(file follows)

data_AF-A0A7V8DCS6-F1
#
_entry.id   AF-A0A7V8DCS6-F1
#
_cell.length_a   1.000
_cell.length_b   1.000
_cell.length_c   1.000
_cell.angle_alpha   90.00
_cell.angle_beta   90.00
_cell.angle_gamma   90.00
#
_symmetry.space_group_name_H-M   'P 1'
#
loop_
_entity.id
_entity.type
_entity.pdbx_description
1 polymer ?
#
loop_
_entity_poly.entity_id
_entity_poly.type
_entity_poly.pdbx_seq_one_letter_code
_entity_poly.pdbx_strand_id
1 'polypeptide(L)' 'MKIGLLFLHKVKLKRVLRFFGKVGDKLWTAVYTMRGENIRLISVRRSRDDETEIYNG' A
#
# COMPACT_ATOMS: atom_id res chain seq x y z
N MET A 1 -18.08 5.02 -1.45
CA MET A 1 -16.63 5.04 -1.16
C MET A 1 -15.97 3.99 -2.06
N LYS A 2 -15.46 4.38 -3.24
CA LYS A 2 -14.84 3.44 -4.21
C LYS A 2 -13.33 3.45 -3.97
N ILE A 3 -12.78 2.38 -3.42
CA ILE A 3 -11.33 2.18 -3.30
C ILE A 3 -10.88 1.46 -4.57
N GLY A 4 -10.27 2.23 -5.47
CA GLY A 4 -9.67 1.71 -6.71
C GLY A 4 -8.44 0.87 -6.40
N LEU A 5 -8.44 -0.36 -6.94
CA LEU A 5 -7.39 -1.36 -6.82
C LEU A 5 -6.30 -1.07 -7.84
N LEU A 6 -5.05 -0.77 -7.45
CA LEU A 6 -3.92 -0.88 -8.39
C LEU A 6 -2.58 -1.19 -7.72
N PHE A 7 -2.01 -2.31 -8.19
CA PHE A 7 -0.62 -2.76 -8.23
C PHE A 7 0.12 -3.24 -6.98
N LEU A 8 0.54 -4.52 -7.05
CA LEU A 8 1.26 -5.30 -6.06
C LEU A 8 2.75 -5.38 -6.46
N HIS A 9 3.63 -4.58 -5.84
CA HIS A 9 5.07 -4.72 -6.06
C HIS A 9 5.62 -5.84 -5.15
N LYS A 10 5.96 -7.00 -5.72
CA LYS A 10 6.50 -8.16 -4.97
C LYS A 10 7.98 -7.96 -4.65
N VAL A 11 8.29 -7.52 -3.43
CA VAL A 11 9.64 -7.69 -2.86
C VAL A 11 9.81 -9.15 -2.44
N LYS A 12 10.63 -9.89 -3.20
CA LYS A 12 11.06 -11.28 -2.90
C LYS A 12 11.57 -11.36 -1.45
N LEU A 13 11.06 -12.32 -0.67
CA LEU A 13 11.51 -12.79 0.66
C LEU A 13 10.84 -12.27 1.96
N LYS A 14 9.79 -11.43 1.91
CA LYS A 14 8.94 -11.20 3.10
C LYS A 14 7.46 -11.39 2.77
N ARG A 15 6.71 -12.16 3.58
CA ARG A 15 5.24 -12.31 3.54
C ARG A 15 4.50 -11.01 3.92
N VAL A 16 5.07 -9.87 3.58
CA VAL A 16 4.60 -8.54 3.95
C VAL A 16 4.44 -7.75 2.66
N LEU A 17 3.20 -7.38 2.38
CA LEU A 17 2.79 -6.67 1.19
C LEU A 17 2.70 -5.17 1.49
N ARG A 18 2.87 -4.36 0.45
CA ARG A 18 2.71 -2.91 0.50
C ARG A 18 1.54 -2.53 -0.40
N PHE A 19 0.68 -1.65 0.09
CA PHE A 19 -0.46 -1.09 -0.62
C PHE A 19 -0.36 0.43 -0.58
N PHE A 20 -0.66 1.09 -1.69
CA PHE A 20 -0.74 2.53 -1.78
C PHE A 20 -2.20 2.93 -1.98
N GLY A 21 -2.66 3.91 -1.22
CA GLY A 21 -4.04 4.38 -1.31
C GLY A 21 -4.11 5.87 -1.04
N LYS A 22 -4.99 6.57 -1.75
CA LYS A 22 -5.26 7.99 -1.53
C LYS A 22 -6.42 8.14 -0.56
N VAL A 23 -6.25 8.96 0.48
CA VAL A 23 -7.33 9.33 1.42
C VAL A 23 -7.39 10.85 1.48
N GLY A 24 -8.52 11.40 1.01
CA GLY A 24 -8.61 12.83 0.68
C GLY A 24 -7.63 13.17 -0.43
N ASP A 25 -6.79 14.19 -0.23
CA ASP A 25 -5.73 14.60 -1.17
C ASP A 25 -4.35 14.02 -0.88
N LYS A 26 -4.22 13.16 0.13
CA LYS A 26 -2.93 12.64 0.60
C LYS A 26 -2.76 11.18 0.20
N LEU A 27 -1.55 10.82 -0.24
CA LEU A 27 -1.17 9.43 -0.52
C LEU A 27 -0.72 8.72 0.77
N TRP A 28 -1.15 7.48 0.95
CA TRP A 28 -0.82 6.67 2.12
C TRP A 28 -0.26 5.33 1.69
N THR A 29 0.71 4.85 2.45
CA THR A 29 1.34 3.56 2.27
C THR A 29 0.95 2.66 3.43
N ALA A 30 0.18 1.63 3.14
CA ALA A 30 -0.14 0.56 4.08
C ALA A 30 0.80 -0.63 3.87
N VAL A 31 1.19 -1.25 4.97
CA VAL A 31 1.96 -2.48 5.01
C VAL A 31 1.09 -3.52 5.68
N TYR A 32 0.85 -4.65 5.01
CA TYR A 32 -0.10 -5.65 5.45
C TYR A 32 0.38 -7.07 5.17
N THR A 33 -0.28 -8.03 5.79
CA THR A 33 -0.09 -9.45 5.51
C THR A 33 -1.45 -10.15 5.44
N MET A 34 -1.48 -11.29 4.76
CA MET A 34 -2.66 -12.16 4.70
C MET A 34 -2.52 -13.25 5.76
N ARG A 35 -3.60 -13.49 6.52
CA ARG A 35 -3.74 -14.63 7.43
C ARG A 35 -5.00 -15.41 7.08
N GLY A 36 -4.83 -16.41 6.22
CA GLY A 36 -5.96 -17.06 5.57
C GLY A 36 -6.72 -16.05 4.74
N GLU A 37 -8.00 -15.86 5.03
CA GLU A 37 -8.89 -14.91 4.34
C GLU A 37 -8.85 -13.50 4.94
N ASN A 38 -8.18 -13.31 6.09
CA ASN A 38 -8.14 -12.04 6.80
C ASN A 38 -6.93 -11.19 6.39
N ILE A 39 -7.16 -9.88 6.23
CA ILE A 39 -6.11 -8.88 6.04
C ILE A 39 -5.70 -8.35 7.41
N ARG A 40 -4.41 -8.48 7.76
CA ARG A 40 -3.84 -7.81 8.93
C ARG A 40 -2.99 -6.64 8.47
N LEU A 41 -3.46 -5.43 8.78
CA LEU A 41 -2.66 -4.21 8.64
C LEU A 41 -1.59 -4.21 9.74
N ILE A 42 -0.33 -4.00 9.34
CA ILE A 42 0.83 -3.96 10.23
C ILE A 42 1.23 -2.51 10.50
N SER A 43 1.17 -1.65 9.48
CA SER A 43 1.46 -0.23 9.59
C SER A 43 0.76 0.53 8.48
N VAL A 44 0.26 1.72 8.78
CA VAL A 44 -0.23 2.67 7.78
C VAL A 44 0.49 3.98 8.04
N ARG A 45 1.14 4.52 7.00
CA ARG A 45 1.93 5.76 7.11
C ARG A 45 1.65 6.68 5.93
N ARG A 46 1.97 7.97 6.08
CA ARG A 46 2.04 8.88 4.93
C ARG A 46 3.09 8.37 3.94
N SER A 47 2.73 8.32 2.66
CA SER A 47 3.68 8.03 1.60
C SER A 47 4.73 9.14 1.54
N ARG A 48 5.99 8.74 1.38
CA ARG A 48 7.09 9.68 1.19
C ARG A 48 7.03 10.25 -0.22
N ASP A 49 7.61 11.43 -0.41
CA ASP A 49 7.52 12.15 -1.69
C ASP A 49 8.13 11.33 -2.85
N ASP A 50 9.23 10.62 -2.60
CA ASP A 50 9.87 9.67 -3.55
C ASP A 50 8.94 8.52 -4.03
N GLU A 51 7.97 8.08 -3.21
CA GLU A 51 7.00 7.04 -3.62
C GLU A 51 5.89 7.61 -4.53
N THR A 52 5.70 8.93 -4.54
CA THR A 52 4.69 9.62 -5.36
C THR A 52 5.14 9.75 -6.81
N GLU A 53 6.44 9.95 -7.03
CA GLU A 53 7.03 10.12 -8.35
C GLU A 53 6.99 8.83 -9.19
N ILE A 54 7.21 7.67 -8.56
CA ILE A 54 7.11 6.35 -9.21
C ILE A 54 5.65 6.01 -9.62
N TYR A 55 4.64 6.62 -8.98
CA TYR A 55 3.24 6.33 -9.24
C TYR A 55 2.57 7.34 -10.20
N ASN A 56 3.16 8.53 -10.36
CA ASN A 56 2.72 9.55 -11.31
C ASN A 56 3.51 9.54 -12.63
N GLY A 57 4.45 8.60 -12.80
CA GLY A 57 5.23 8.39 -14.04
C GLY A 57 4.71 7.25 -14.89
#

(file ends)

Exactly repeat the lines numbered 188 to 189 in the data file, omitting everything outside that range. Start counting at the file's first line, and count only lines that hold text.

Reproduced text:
CA ILE A 54 7.11 6.35 -9.21
C ILE A 54 5.65 6.01 -9.62